“Egypt never has and has not yet to respect human rights,” Ganzeer, a young popular visual artists who has been involved in several graffiti projects told Ahram Online. “Also, in the statement, the minister places a condition on respecting human rights. That the state will only respect human rights if protests and sit-ins are peaceful. That statement is a very sad one to hear from a government official. Human rights are not conditional. You either respect them or you don’t. It’s apparent by that statement that the Egyptian government has made a conscious decision not to.”

Independent young visual artist Ramy Dozy comments: “To me, the term ‘terrorism’ is an abstract concept. I have known it since I was 12 years old, since the 1990s events in Upper Egypt. And the word itself is vague and undefined, and it is a weapon used to advance personal interests and justifying violence.”

Morsi’s ouster and Rabaa’s dispersal

“What I expected to happen was that after Tamarod [Rebel] campaign gathered their millions of signatures [that called for early presidential elections –in effect a vote of no confidence from the people], these documents would be used in a court of law to unseat the president and draw up early elections,” Ganzeer said.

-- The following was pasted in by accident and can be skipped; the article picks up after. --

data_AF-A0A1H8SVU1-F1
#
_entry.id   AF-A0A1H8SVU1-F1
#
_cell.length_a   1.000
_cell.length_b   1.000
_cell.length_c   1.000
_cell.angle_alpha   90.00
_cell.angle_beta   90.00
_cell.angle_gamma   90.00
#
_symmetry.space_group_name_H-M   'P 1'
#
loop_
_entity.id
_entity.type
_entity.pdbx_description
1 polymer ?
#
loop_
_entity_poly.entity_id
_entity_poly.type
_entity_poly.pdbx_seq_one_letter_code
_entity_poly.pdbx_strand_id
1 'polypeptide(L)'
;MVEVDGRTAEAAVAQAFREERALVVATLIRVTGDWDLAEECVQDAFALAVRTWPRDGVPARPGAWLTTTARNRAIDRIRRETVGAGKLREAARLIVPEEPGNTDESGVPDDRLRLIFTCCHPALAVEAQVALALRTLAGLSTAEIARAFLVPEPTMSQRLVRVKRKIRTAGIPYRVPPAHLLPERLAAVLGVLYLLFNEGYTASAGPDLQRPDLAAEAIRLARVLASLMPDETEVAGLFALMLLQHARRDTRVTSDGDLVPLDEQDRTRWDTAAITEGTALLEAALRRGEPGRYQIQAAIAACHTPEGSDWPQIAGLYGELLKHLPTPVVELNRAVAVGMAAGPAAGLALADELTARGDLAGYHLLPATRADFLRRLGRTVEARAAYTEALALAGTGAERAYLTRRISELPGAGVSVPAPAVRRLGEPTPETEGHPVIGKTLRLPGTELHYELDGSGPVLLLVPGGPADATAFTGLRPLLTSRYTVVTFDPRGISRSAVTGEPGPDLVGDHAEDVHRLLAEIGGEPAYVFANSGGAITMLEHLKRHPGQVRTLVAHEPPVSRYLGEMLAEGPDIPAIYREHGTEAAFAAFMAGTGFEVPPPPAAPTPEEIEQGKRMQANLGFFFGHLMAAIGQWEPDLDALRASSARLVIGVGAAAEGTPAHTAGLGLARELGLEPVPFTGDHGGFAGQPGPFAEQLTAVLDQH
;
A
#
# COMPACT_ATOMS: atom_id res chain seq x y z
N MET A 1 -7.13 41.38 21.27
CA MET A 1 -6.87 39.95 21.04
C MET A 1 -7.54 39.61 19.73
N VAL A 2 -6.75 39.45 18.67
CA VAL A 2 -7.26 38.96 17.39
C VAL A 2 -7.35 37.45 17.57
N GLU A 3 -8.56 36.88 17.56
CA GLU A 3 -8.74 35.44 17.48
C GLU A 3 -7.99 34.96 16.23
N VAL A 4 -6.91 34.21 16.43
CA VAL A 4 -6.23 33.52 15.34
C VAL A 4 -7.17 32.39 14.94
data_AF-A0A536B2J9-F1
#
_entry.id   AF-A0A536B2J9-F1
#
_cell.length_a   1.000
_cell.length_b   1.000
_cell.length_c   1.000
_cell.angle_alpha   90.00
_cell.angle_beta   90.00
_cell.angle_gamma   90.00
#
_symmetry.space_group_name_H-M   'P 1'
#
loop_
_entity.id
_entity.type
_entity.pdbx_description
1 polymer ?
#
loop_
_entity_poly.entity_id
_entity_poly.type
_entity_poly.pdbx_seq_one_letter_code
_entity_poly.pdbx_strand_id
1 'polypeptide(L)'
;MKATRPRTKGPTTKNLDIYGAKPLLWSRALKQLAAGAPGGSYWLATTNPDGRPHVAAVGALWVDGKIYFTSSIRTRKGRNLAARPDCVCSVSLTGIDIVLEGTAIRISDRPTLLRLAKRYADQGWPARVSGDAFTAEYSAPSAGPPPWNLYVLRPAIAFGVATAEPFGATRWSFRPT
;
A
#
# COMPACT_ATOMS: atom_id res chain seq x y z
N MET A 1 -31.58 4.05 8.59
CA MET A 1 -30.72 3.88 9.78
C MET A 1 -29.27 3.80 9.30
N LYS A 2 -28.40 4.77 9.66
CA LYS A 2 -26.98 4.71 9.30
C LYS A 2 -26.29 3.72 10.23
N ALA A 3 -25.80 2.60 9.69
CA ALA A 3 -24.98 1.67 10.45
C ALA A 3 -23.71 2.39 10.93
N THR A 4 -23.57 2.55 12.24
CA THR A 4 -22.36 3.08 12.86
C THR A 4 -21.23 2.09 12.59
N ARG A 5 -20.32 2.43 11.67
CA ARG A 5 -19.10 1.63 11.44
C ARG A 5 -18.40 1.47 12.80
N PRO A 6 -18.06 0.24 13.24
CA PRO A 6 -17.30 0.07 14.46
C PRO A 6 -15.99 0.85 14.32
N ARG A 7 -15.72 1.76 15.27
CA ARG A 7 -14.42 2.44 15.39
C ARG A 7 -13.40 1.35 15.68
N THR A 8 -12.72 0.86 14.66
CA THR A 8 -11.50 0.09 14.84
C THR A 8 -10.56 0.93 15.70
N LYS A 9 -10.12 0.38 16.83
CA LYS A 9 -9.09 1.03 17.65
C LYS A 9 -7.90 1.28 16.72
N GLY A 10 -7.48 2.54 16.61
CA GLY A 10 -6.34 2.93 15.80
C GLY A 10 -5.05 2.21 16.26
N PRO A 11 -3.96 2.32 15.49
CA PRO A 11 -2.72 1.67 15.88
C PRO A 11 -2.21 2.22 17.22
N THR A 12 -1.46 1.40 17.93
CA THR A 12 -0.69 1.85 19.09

“The kidnapping of an elected president by the Armed Forces, no matter how much I disagree with that president, is not something that anyone should condone,” he asserted commenting that even Mubarak was not kidnapped to an undisclosed location but is standing trial.

Ganzeer, like many of the younger generation in Egypt was active in the movement calling to end military rule in the country after the first 18 days of uprising ousted Mubarak and left the Supreme Council of Armed Forces (SCAF) in charge of running the country in the transitional period.

Khaled Hafez, an established visual artist told Ahram Online that he is completely happy with the removal of Morsi, and believes the army should have intervened even earlier, pointing to two particular moments: during November 2012 when Morsi issued the constitutional declaration that put his decrees out of the reach of judicial review, and during the conference on Syria’s situation in Cairo Stadium where the president was present while hate speech against Shias and other factions were aired publicly and he did nothing to stop it.